Colorado Lakes & Reservoirs.
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What are Invasive Species?
Invasive Species are non-native animals, fish, plants and pathogens that have a harmful effect on our natural resources and the human use of those resources. Aquatic invasive species are commonly called Aquatic Nuisance Species (ANS) and were defined in 2008 by the State Legislature as any exotic or nonnative wildlife or any plant species that have been determined by the board to pose a significant threat to the aquatic resources or water infrastructure of the state. The Colorado Division of Wildlife is the lead agency on ANS statewide.
What are the ANS that Colorado is concerned about?
The Colorado Division of Wildlife has been monitoring the state’s waters for the introduction of ANS since 2005. Currently over 160 lakes and reservoirs, in addition to many rivers and streams, are being monitored. However, very few ANS are known to exist in Colorado. The ANS that Colorado are concerned about includes, but is not limited to, the list below:
|Animals: (read more)|
New Zealand mudsnail*
|Eriocheir (all species)
Bythotrephes longimanus (also known as Bythotrephes cederstroemi)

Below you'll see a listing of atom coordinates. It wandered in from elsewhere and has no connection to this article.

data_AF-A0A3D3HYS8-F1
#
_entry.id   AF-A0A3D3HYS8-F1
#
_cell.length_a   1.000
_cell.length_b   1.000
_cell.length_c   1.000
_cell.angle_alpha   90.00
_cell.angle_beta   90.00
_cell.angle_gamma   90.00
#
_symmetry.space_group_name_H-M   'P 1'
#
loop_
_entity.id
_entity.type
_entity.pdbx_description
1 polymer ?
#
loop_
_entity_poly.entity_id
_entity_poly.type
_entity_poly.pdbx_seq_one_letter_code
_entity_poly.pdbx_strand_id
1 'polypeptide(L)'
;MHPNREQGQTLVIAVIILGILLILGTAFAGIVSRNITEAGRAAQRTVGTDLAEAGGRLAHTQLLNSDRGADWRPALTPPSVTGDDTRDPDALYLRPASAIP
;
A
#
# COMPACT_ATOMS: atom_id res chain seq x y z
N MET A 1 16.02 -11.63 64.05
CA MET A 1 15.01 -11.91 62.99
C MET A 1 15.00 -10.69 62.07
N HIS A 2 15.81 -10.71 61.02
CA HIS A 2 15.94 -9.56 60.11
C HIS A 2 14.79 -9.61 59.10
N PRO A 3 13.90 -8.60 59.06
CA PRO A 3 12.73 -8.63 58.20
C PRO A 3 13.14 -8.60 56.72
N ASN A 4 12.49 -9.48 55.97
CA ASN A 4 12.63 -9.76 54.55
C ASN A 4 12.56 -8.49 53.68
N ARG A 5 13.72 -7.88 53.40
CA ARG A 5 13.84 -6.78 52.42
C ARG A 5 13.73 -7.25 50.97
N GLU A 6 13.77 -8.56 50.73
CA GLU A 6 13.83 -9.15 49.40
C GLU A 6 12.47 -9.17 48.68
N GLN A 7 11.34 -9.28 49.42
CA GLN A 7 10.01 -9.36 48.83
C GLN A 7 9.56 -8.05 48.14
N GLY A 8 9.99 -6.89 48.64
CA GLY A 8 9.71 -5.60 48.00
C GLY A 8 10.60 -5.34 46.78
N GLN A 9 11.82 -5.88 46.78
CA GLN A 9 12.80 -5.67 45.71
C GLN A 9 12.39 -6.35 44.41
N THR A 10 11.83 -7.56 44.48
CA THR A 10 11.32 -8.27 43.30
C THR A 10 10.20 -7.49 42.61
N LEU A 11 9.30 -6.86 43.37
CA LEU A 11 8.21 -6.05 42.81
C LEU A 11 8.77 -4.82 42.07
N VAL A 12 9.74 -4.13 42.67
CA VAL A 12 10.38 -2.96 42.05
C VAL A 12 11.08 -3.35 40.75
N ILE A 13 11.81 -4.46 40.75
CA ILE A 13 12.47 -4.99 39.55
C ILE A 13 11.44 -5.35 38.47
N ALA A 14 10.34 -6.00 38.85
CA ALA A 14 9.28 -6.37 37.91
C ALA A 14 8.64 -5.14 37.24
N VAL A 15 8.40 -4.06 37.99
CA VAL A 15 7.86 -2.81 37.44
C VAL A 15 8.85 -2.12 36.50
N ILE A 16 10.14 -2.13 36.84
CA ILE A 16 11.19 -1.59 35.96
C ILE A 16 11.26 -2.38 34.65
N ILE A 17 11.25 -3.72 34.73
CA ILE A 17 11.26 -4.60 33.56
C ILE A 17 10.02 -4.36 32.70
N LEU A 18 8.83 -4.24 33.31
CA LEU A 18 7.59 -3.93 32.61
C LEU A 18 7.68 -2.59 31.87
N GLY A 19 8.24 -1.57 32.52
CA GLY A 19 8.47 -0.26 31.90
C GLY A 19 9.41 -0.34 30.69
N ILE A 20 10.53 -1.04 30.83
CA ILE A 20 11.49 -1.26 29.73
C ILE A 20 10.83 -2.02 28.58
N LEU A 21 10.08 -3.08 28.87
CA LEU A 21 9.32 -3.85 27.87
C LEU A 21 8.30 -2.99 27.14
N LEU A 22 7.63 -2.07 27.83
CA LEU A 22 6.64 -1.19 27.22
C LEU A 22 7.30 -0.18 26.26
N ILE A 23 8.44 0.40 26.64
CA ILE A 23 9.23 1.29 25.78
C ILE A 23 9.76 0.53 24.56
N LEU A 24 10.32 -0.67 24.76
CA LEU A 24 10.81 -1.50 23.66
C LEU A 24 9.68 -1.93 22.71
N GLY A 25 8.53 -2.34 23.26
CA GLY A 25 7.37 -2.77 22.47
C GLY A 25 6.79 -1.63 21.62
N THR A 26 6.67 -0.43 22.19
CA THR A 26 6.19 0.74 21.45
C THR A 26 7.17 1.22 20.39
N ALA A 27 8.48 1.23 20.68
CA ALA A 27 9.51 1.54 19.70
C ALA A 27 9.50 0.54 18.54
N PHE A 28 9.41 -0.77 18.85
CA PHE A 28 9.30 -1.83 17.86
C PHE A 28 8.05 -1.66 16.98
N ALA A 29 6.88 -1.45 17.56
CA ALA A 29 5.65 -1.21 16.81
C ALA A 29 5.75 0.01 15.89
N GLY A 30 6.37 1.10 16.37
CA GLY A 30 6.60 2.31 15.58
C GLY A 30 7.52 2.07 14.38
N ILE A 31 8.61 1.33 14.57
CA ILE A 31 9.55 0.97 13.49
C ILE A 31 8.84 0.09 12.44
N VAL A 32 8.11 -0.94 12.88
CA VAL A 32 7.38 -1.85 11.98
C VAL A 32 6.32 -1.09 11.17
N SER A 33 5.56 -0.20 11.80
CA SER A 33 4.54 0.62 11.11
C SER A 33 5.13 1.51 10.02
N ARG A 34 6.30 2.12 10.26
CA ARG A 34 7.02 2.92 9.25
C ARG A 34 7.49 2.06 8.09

|Fish: (read more)|
|Carp||All Species in the Genus' Aristichthys, Catla, Catlocarpio, Carrassius, Cirrhinus, Cyprinus, Hypophthalmichtys, Labeo, Mylopharyngodon, Tor|
|Hybrid Grass Carp
Asian swamp eel
Snakeheads and Murrels
|Ctenopharyngodon idella x Aristichthys nobilis
All species in the family Lepisosteidae
All species in the family Gobiidae
All species of the Genus' Serrasalmus and Pygocentrus
All species in the Genus' Channa, Parachanna, Ophicephalus, Bostrychoides, Ophiocephalus, Parophiocephalus
All species in the Genus' Apeltes, Gasterosteus, Pungitius, Culaea, Spinachia, Aulorhynchus
All species in the Genus' Tilapia, Oreochromis, Sarotherodon
|Didymo "Rock Snot"||Didymosphenia geminate|
|Plants: (read more)|
Yellow floating heart
|Pathogens: (read more)|
Viral Hemorrhagic Septicemia
|*Species is known to Colorado.|